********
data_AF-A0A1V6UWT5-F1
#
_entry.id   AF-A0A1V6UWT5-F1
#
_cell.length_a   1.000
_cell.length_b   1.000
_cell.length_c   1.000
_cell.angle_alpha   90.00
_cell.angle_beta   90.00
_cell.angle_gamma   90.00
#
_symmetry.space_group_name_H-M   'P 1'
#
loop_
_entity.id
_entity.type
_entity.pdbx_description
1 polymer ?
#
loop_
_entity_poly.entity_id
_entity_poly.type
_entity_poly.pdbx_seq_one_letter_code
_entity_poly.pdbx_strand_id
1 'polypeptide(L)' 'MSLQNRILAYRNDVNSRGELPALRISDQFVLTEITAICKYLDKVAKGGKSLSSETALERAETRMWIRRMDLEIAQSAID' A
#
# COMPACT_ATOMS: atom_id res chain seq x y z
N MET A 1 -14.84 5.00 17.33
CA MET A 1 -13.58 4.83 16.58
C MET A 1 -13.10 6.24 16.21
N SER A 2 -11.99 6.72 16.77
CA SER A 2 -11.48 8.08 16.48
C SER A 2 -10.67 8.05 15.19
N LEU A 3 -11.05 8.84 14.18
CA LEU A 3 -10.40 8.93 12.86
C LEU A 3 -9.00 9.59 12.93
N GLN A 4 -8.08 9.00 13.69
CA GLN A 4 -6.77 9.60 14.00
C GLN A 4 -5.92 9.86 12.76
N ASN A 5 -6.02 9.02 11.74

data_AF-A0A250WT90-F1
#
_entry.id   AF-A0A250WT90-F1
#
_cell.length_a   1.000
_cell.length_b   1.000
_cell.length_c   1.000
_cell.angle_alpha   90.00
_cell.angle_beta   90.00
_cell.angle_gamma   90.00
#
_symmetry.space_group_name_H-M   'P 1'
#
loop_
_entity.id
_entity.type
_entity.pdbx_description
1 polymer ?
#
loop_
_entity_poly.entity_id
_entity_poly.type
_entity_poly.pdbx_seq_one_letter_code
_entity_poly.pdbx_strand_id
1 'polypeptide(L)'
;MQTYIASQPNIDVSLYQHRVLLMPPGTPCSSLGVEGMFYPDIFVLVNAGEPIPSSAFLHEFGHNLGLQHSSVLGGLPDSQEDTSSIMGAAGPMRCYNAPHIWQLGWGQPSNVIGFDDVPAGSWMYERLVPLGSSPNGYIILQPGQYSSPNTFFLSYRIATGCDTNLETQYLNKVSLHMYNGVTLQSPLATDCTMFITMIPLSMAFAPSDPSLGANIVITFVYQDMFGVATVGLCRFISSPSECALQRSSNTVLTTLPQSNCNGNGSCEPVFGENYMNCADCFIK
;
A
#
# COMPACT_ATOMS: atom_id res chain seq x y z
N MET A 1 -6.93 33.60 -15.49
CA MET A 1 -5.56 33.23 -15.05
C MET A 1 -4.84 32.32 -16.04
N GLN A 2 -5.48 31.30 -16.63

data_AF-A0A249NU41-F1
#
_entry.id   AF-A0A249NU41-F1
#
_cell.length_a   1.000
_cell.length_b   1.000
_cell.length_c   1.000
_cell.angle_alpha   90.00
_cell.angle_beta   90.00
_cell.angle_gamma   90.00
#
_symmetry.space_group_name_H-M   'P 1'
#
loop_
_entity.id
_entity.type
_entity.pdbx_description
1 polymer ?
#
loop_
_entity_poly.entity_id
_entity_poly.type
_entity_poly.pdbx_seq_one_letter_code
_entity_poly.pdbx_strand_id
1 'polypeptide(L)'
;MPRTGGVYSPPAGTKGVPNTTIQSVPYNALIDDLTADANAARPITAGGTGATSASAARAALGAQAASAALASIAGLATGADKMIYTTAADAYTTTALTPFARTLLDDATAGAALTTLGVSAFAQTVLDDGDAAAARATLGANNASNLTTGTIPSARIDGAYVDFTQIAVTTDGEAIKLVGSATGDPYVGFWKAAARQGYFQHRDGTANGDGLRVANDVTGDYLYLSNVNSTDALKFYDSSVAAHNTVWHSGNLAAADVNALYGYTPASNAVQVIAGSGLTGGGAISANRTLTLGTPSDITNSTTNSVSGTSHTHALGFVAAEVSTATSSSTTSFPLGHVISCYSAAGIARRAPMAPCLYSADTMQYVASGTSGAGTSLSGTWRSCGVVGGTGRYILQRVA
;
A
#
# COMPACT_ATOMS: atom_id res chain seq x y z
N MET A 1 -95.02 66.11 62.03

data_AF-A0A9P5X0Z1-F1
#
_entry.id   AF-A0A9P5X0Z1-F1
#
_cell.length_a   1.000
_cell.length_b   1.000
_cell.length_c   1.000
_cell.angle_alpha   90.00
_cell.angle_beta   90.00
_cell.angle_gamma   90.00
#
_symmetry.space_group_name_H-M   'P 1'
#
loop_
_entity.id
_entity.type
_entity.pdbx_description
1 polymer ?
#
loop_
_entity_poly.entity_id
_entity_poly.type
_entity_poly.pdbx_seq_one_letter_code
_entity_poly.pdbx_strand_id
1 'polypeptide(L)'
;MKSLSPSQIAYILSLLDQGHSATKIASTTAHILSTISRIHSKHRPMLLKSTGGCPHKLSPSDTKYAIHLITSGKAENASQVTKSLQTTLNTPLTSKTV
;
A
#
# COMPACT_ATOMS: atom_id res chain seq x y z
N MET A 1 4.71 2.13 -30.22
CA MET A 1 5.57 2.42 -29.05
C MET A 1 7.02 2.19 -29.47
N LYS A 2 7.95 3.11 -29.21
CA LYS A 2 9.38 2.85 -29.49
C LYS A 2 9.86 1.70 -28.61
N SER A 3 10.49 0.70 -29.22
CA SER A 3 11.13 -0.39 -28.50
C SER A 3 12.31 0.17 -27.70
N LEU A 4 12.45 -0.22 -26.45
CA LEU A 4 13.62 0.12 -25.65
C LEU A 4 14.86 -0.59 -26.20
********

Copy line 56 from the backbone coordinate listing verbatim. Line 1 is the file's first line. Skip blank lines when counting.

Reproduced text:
_entity.type